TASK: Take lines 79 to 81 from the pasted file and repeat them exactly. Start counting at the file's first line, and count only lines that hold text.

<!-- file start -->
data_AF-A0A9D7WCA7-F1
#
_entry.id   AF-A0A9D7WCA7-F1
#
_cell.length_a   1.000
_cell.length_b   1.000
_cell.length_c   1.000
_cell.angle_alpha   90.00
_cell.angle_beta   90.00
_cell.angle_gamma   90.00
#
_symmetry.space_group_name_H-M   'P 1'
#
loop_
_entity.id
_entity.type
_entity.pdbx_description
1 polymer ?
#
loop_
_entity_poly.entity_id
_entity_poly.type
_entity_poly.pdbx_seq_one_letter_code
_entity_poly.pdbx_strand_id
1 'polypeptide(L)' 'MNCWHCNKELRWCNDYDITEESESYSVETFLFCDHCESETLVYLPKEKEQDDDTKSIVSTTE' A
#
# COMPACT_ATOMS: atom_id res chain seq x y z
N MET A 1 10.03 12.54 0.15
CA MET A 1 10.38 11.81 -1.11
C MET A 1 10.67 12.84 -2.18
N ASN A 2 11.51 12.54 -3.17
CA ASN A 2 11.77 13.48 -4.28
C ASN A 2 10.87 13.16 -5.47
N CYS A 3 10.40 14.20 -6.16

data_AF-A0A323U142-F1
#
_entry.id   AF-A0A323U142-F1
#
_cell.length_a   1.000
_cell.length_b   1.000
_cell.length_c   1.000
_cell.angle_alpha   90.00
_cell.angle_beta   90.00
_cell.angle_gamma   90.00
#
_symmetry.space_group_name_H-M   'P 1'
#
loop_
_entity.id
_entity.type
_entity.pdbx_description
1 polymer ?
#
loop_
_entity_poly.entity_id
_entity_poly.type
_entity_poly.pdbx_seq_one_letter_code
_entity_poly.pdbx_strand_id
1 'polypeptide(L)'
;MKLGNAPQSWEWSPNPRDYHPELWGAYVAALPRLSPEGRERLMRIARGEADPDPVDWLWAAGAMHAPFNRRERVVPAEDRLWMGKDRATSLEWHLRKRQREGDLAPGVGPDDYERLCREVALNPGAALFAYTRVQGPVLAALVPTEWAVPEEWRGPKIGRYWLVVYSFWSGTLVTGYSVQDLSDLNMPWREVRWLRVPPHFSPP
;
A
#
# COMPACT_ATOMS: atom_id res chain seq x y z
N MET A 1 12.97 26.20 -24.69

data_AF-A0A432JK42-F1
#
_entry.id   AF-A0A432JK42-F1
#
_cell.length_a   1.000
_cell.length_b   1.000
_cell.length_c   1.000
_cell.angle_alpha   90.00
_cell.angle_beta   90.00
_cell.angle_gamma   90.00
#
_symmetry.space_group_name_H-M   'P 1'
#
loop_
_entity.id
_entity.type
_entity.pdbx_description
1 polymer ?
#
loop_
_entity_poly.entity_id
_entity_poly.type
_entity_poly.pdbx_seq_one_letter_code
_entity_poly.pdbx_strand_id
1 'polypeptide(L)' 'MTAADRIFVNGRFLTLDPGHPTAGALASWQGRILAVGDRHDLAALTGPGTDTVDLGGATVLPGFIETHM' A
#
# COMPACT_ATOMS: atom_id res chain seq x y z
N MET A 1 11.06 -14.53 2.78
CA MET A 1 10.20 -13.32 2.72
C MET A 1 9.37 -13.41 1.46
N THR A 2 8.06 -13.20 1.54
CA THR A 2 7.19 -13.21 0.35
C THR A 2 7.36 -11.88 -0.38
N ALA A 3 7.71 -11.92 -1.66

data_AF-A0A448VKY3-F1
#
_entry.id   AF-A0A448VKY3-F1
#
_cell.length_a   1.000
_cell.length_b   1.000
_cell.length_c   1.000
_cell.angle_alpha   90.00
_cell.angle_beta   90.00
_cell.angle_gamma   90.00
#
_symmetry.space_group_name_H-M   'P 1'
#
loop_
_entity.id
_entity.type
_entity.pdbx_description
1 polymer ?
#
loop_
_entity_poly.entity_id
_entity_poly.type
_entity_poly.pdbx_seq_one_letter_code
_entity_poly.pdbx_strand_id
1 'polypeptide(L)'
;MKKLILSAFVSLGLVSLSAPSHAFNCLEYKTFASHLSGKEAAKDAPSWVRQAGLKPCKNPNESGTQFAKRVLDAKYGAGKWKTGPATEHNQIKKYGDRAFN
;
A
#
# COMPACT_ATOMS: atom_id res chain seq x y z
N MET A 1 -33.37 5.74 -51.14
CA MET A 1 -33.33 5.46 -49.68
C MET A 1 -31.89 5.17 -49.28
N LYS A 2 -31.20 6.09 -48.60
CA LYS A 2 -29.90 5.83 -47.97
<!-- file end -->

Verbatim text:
loop_
_entity.id
_entity.type